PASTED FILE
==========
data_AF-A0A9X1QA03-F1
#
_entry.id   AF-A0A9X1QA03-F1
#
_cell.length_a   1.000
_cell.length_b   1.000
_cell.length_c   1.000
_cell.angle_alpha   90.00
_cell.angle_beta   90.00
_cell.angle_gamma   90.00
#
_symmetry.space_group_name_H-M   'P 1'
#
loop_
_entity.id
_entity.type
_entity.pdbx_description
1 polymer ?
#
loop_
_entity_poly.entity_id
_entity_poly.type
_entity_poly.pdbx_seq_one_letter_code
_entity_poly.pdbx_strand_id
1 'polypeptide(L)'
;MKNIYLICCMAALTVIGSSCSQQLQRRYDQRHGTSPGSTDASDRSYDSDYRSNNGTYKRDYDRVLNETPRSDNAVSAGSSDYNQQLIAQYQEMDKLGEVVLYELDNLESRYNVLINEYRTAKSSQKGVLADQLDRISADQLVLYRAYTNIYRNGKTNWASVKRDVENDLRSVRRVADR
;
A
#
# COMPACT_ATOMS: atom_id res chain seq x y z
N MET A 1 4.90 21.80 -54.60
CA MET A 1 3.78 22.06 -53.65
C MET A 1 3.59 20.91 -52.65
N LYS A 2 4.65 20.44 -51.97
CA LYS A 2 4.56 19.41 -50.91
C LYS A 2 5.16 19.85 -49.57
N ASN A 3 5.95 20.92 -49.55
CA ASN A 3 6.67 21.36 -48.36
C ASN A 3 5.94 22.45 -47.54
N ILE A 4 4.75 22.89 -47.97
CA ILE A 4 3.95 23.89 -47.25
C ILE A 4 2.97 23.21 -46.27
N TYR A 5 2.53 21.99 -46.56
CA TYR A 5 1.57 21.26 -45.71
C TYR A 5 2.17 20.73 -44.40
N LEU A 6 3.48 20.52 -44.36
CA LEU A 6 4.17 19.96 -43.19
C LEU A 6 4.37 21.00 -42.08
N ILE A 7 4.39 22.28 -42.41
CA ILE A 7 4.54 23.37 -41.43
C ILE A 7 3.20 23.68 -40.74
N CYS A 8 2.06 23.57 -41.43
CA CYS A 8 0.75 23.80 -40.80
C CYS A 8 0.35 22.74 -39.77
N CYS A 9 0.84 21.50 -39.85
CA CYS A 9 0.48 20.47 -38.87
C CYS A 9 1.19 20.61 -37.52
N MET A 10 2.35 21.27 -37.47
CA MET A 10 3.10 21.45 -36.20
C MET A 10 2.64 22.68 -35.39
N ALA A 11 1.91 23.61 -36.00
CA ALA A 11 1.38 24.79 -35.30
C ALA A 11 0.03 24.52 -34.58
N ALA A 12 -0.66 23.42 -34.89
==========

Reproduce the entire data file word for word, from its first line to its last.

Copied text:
data_AF-A0A9X1QA03-F1
#
_entry.id   AF-A0A9X1QA03-F1
#
_cell.length_a   1.000
_cell.length_b   1.000
_cell.length_c   1.000
_cell.angle_alpha   90.00
_cell.angle_beta   90.00
_cell.angle_gamma   90.00
#
_symmetry.space_group_name_H-M   'P 1'
#
loop_
_entity.id
_entity.type
_entity.pdbx_description
1 polymer ?
#
loop_
_entity_poly.entity_id
_entity_poly.type
_entity_poly.pdbx_seq_one_letter_code
_entity_poly.pdbx_strand_id
1 'polypeptide(L)'
;MKNIYLICCMAALTVIGSSCSQQLQRRYDQRHGTSPGSTDASDRSYDSDYRSNNGTYKRDYDRVLNETPRSDNAVSAGSSDYNQQLIAQYQEMDKLGEVVLYELDNLESRYNVLINEYRTAKSSQKGVLADQLDRISADQLVLYRAYTNIYRNGKTNWASVKRDVENDLRSVRRVADR
;
A
#
# COMPACT_ATOMS: atom_id res chain seq x y z
N MET A 1 4.90 21.80 -54.60
CA MET A 1 3.78 22.06 -53.65
C MET A 1 3.59 20.91 -52.65
N LYS A 2 4.65 20.44 -51.97
CA LYS A 2 4.56 19.41 -50.91
C LYS A 2 5.16 19.85 -49.57
N ASN A 3 5.95 20.92 -49.55
CA ASN A 3 6.67 21.36 -48.36
C ASN A 3 5.94 22.45 -47.54
N ILE A 4 4.75 22.89 -47.97
CA ILE A 4 3.95 23.89 -47.25
C ILE A 4 2.97 23.21 -46.27
N TYR A 5 2.53 21.99 -46.56
CA TYR A 5 1.57 21.26 -45.71
C TYR A 5 2.17 20.73 -44.40
N LEU A 6 3.48 20.52 -44.36
CA LEU A 6 4.17 19.96 -43.19
C LEU A 6 4.37 21.00 -42.08
N ILE A 7 4.39 22.28 -42.41
CA ILE A 7 4.54 23.37 -41.43
C ILE A 7 3.20 23.68 -40.74
N CYS A 8 2.06 23.57 -41.43
CA CYS A 8 0.75 23.80 -40.80
C CYS A 8 0.35 22.74 -39.77
N CYS A 9 0.84 21.50 -39.85
CA CYS A 9 0.48 20.47 -38.87
C CYS A 9 1.19 20.61 -37.52
N MET A 10 2.35 21.27 -37.47
CA MET A 10 3.10 21.45 -36.20
C MET A 10 2.64 22.68 -35.39
N ALA A 11 1.91 23.61 -36.00
CA ALA A 11 1.38 24.79 -35.30
C ALA A 11 0.03 24.52 -34.58
N ALA A 12 -0.66 23.42 -34.89